Venezuela crisis: US planes carrying aid arrive in Colombia
US military planes have been delivering humanitarian aid for Venezuela in the Colombian border town of Cucuta.
The aid is being stockpiled at the request of the Venezuelan opposition leader, Juan Guaidó, who declared himself interim president last month.
President Nicolás Maduro has alleged that the aid is part of a US plot to disguise an invasion into Venezuela.
Mr Guaidó said some 600,000 Venezuelan volunteers would carry the aid across the border on 23 February.
"We will mobilise within and outside our borders," he said in a tweet on Saturday, adding: "Our struggle continues to yield results!"
It remains unclear if the aid will be allowed to enter Venezuela.
One road bridge between Venezuela and Colombia remains blocked on the Venezuelan side by shipping containers.
Speaking at a news conference in Cucuta, USAID administrator Mark Green said the aid had been requested by Mr Guaidó because Venezuela was in the grip of a growing humanitarian crisis.
"Children are going hungry, and nearly every hospital in Venezuela is experiencing serious medicine shortages."
He said the crisis had reached regional proportions, with three million Venezuelans migrating to neighbouring countries in search of food and medicine.
"Today we are standing on the frontlines of one of the largest displacements of people in the history of Latin America."
A representative for Mr Guaidó said more collection points for aid were being opened up in Brazil and the Caribbean.
He said meetings would take place with the Brazilian government this week to organise details of storage facilities in the Brazilian state of Roraima on the border with Venezuela.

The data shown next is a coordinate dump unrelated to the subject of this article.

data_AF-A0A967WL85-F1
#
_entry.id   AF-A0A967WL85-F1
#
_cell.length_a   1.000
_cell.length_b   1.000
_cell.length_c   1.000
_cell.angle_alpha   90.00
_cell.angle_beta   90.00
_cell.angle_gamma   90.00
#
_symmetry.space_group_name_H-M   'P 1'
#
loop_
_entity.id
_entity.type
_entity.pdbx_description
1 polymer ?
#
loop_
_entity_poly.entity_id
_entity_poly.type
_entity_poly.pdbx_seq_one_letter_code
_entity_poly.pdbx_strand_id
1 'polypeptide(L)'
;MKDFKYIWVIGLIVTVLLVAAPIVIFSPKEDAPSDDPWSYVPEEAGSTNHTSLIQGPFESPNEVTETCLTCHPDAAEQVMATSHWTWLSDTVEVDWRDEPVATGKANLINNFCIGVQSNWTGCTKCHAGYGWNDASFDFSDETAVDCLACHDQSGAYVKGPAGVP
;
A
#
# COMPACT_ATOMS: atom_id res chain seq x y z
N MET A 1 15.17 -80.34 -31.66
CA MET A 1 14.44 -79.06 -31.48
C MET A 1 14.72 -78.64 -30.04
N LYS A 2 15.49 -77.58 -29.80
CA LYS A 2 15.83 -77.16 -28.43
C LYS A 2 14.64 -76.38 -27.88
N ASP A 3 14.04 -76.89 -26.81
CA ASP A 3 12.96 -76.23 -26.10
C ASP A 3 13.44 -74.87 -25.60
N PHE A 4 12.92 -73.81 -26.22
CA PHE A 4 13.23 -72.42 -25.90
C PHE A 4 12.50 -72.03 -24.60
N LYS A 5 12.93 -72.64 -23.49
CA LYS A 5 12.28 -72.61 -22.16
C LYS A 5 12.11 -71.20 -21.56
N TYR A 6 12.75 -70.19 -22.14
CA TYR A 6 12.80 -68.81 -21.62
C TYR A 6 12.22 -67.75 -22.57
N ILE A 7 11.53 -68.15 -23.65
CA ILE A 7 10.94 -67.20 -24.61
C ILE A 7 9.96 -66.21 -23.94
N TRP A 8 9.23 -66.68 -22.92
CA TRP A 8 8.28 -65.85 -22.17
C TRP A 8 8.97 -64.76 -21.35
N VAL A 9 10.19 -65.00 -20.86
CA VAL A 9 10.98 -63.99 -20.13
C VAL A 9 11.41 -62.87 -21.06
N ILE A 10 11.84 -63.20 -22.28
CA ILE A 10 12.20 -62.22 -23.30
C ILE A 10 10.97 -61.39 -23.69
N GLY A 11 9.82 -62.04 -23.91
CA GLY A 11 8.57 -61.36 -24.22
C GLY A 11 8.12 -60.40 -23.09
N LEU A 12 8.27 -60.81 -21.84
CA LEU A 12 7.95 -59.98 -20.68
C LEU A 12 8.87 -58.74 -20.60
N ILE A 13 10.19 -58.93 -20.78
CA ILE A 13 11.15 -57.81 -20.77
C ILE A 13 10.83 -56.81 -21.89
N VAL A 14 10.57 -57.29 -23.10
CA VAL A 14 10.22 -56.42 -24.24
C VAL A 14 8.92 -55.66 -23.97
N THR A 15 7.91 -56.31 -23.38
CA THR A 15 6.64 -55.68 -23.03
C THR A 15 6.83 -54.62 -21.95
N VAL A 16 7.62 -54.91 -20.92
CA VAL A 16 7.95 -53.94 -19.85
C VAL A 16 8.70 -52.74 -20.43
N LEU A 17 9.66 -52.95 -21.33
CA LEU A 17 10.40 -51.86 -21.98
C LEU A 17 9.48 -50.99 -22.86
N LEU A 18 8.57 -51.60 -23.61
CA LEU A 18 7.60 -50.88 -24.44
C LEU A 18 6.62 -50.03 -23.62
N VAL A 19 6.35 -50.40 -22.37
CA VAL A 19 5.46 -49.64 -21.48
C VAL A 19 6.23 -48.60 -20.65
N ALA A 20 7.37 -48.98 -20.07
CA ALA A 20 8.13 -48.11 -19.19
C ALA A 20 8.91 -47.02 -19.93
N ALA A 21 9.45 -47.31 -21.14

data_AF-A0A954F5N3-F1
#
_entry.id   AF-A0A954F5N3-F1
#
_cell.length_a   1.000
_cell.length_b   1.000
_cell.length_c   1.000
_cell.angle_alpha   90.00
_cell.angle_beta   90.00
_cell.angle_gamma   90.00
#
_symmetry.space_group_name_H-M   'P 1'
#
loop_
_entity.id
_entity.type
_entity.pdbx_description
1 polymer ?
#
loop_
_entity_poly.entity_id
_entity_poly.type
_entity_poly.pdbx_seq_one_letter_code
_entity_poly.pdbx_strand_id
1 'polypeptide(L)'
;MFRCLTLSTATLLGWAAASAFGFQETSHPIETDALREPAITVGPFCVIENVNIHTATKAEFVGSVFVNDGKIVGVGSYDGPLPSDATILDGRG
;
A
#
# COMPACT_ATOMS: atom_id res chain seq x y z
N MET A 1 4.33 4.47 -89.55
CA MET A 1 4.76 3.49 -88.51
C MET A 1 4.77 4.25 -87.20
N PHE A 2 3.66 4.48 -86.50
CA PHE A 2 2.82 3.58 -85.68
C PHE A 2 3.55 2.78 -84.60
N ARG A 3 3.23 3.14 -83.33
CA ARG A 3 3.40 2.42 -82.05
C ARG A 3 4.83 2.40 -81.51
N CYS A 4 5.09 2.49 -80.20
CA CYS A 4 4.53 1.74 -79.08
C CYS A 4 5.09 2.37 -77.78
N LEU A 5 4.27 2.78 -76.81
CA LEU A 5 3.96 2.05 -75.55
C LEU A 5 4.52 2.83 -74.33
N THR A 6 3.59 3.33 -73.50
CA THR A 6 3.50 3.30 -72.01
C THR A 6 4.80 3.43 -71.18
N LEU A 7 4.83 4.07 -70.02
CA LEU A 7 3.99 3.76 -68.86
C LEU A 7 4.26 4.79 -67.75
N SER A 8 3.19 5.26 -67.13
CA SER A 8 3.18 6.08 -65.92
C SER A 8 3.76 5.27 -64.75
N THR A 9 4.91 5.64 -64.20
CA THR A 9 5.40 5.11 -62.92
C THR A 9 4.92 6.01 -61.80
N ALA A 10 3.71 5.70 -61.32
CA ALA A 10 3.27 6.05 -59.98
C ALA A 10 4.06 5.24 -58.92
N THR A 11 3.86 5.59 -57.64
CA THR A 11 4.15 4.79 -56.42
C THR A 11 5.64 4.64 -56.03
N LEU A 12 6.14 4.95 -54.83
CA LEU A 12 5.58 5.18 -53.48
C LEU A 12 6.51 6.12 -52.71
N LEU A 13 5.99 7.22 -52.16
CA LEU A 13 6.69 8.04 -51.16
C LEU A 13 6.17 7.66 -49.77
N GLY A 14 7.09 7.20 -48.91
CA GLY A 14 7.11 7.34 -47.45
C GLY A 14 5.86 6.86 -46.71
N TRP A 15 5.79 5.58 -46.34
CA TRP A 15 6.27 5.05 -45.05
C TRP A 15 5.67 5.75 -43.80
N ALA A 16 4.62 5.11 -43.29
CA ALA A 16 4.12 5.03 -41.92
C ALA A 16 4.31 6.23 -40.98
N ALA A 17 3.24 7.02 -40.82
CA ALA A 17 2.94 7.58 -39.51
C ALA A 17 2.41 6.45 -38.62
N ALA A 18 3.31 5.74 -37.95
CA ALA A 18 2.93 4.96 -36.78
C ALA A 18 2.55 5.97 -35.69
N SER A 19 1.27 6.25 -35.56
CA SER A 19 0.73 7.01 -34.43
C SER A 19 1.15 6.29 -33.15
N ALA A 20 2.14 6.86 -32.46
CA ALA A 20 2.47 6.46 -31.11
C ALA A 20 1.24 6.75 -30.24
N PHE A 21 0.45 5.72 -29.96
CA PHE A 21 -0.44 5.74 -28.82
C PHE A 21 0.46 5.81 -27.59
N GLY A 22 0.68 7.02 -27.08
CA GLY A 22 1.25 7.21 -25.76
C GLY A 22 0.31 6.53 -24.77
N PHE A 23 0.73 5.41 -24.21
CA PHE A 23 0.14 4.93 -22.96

He added that aid was being stockpiled in Miami to be flown to the Dutch territory of Curaçao early next week.
President Maduro has called the operation a US-orchestrated show and denies there is any crisis.
On Friday he ordered the military to remain on high alert against what he described as US "war plans".
Mr Guaidó, who has been recognised by the US and most Western governments as interim president of Venezuela, said hundreds of thousands of volunteers had signed up to create brigades to help get the aid into the country.
He repeated his call to the Venezuelan military to allow the aid to go through, but it is unclear if they will do so.
"The message we have to get through to the armed forces is that they have one week to do the right thing."
He has set 23 February as the date for the humanitarian aid to get moving.
Officials in Cucuta said additional aid flights would be arriving in Colombia over the coming hours and days.
A statement said medical supplies and pharmaceuticals meant for use in hospitals will arrive early next week.